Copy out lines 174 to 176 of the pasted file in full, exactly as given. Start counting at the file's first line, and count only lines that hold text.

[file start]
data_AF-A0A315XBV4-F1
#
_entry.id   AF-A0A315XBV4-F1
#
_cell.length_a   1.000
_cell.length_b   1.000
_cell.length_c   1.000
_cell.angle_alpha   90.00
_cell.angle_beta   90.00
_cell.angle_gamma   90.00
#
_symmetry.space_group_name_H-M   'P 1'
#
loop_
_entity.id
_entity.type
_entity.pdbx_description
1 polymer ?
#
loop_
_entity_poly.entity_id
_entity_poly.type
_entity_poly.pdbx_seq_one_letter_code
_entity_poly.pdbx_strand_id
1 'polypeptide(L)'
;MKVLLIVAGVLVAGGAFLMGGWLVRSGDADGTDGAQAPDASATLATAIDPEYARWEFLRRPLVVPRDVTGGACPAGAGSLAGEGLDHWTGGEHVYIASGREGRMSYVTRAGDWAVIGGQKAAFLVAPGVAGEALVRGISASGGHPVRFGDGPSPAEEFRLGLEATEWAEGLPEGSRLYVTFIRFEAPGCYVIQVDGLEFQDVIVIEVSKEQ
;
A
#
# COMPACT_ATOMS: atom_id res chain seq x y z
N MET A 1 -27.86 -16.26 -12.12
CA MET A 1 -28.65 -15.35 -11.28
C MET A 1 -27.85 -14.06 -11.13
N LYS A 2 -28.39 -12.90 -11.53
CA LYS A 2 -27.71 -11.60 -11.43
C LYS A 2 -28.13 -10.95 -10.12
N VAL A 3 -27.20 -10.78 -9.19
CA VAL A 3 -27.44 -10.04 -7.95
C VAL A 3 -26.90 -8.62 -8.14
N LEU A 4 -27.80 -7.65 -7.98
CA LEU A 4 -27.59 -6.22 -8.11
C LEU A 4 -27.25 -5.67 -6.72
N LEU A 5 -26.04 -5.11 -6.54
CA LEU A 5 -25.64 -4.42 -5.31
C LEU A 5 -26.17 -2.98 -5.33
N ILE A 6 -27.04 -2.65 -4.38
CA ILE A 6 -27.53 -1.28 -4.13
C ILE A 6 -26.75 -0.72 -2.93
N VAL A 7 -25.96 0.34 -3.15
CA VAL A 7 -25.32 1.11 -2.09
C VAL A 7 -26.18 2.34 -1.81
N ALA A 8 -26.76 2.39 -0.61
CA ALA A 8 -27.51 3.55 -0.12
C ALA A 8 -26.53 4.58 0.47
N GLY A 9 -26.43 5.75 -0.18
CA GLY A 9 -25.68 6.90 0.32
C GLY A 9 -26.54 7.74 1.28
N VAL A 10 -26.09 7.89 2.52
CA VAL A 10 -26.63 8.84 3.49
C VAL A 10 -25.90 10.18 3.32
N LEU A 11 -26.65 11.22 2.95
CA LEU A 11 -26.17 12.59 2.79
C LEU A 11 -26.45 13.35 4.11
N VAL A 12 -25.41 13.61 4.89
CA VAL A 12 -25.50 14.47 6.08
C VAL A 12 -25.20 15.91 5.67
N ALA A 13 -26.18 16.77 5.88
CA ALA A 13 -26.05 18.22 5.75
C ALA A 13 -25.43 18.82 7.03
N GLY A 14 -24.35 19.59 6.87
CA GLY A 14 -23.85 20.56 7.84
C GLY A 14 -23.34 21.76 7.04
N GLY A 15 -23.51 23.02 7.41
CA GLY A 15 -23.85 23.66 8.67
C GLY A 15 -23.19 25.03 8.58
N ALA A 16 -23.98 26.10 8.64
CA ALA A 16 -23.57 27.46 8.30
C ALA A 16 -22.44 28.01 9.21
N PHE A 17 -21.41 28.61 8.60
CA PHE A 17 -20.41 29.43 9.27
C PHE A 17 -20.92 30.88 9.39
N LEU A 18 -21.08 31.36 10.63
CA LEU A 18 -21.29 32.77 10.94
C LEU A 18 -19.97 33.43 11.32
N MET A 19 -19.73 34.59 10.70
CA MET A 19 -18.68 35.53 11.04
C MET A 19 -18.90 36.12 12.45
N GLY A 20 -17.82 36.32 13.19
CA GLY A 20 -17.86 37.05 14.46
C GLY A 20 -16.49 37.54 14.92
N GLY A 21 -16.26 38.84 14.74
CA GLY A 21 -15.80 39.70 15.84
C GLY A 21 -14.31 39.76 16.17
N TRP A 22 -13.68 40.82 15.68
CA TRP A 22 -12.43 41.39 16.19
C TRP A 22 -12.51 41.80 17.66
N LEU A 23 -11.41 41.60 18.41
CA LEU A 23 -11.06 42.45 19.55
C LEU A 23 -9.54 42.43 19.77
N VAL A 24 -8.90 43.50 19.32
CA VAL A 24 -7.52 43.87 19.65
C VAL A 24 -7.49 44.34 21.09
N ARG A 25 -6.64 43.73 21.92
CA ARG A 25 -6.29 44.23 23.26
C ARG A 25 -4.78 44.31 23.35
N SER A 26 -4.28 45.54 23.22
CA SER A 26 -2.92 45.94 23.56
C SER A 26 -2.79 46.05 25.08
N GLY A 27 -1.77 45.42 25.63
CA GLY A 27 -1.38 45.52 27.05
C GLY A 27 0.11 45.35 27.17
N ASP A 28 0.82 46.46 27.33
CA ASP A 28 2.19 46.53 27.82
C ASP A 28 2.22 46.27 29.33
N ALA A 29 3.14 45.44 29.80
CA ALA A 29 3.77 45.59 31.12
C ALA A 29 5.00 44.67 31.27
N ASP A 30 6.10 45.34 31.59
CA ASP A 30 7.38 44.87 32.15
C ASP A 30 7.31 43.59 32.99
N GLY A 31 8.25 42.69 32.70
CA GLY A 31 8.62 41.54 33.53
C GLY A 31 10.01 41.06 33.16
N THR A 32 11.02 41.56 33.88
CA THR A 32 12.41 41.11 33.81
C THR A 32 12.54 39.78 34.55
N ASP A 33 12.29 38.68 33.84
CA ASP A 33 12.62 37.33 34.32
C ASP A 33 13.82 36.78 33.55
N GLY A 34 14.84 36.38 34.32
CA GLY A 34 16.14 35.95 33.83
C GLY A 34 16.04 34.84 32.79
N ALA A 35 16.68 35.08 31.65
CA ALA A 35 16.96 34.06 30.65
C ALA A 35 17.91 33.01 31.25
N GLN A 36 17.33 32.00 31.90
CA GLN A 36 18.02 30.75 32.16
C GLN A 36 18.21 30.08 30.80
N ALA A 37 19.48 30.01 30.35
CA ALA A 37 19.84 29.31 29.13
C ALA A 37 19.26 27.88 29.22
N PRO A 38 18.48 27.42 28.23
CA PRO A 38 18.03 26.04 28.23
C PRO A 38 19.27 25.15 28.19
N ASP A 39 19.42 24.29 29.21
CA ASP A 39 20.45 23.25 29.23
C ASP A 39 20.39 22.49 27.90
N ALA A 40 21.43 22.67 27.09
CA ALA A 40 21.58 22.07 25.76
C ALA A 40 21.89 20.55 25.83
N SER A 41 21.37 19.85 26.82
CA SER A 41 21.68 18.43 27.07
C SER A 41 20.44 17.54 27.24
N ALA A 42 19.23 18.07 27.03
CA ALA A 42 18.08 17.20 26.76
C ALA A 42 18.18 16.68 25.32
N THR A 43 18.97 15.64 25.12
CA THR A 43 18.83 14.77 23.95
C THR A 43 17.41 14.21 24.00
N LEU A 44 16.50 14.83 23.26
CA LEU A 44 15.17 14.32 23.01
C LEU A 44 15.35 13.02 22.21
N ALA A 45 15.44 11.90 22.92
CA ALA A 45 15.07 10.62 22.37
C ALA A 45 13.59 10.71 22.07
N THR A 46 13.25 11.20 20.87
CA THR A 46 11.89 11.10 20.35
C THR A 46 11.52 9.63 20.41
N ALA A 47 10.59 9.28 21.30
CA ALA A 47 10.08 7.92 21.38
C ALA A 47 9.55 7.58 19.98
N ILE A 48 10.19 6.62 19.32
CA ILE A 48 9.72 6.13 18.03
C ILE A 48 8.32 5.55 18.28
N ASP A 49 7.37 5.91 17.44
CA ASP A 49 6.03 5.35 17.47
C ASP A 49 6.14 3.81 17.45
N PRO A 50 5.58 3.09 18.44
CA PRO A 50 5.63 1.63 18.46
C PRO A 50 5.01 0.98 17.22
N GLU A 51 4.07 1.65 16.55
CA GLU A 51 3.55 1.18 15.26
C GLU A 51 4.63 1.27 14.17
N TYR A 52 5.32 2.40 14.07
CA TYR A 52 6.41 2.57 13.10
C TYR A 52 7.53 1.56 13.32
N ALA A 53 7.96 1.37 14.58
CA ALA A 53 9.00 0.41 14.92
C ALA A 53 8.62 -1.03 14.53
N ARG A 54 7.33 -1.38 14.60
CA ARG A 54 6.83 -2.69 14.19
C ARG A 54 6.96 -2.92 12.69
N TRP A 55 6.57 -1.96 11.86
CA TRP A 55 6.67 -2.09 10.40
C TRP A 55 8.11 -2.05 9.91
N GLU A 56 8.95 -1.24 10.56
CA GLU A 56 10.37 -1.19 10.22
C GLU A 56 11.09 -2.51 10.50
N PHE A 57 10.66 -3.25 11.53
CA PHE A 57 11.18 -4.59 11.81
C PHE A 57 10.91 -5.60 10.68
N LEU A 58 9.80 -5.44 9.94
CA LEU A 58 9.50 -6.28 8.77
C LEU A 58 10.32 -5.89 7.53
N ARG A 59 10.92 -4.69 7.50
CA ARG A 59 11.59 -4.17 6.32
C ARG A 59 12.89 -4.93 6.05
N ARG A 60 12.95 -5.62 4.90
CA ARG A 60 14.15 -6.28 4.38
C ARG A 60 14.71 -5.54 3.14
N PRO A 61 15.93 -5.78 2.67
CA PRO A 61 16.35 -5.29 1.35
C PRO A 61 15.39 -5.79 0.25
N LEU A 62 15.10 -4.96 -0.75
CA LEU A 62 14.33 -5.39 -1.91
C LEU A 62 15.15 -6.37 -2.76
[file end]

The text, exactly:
C ILE A 48 8.32 5.55 18.28
N ASP A 49 7.37 5.91 17.44
CA ASP A 49 6.03 5.35 17.47